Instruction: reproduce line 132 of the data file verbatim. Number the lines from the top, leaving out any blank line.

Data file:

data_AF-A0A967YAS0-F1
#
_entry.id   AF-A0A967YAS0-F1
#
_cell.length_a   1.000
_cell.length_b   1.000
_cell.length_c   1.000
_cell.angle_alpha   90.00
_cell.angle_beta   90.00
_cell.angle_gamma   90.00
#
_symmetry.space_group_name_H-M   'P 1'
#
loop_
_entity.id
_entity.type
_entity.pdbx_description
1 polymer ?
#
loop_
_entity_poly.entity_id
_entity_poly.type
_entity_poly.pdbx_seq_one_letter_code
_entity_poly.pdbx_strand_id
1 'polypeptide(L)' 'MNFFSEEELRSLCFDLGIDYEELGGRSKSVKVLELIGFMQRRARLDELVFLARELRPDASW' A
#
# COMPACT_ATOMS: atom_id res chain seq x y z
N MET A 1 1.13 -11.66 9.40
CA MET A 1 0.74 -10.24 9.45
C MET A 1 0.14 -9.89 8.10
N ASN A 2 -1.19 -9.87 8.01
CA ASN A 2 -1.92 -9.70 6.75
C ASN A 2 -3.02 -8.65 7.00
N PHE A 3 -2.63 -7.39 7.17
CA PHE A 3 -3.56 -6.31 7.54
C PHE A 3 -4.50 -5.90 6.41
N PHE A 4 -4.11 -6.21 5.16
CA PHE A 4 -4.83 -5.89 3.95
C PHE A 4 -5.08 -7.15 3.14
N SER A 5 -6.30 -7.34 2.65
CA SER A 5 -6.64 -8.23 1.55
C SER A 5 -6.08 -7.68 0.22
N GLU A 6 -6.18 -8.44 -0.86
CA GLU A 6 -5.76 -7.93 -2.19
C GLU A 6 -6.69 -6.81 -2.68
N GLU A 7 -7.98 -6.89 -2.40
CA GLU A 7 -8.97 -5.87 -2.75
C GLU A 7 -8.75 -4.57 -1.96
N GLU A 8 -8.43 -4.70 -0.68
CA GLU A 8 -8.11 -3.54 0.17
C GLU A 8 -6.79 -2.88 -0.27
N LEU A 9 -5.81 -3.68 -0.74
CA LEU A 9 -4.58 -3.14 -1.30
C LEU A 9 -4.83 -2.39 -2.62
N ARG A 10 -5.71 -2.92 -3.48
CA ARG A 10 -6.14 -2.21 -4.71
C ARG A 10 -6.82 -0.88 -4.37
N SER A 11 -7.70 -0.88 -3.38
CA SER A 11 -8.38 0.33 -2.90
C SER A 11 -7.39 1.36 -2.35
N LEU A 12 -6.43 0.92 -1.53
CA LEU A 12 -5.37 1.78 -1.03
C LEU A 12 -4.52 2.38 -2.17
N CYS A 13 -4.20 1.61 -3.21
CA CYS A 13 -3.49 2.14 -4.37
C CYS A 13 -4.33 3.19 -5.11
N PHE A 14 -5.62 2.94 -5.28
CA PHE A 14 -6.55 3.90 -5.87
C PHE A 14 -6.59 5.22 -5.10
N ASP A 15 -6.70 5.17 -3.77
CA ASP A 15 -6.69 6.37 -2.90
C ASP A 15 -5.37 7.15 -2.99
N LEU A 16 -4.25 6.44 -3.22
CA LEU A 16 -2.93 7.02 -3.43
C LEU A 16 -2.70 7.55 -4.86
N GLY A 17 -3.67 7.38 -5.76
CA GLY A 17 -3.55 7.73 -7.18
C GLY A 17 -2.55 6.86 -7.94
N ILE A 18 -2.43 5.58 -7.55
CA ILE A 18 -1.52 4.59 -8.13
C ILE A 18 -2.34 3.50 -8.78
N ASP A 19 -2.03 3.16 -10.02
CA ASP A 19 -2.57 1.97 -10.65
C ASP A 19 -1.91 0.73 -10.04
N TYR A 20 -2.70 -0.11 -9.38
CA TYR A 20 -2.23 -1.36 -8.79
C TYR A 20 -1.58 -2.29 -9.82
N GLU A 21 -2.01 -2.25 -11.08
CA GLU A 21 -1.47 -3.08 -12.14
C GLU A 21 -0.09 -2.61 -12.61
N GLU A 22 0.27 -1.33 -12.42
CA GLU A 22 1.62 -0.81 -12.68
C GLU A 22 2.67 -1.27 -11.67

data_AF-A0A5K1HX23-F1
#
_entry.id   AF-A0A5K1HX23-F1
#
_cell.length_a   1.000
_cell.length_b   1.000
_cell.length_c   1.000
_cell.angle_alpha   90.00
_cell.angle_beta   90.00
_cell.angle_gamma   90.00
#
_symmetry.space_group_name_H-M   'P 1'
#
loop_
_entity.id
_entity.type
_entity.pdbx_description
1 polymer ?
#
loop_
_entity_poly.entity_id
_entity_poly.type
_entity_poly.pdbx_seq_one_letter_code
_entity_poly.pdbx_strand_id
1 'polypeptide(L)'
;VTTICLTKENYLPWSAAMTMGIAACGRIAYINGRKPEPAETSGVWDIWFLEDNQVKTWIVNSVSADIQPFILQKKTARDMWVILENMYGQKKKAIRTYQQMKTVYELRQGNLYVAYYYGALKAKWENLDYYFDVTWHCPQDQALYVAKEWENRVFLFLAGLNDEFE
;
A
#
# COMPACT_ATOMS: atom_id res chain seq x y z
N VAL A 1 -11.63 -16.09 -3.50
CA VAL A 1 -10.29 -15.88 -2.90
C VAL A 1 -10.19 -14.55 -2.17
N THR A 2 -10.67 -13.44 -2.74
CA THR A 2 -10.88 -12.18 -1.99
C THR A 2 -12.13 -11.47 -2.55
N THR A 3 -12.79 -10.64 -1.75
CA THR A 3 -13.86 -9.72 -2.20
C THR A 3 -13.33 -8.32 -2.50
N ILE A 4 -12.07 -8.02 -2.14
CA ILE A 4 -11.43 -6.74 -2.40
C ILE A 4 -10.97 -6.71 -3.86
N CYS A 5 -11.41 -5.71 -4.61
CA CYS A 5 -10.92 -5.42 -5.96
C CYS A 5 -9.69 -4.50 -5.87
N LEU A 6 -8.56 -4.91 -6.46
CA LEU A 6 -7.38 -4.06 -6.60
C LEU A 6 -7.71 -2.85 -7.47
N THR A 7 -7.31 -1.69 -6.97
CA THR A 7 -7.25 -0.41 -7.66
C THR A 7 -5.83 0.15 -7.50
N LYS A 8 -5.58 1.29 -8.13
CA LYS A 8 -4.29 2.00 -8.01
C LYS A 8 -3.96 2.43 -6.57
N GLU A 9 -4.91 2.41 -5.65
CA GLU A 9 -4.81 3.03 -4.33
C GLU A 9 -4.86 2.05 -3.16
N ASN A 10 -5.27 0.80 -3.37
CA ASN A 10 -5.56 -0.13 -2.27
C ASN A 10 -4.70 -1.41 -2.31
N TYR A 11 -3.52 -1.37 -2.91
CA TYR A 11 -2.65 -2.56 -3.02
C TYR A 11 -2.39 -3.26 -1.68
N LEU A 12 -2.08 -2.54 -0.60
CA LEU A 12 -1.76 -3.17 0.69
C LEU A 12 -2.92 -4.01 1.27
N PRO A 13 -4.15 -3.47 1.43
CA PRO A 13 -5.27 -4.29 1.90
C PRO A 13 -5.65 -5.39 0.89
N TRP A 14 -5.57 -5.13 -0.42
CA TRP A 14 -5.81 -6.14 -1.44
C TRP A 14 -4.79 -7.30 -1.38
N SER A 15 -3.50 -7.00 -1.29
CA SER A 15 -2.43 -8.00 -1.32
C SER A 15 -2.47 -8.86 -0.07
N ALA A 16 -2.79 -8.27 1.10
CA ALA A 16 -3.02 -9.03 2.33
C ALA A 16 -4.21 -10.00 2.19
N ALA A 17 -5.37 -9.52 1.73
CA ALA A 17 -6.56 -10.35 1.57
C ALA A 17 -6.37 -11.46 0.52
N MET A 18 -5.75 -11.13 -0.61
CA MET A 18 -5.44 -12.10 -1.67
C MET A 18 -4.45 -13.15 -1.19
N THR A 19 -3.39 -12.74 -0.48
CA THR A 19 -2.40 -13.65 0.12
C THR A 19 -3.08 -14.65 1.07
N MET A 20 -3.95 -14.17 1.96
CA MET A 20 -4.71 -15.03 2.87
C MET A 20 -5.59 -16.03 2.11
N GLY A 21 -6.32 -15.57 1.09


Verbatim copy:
C THR A 3 -13.33 -8.32 -2.50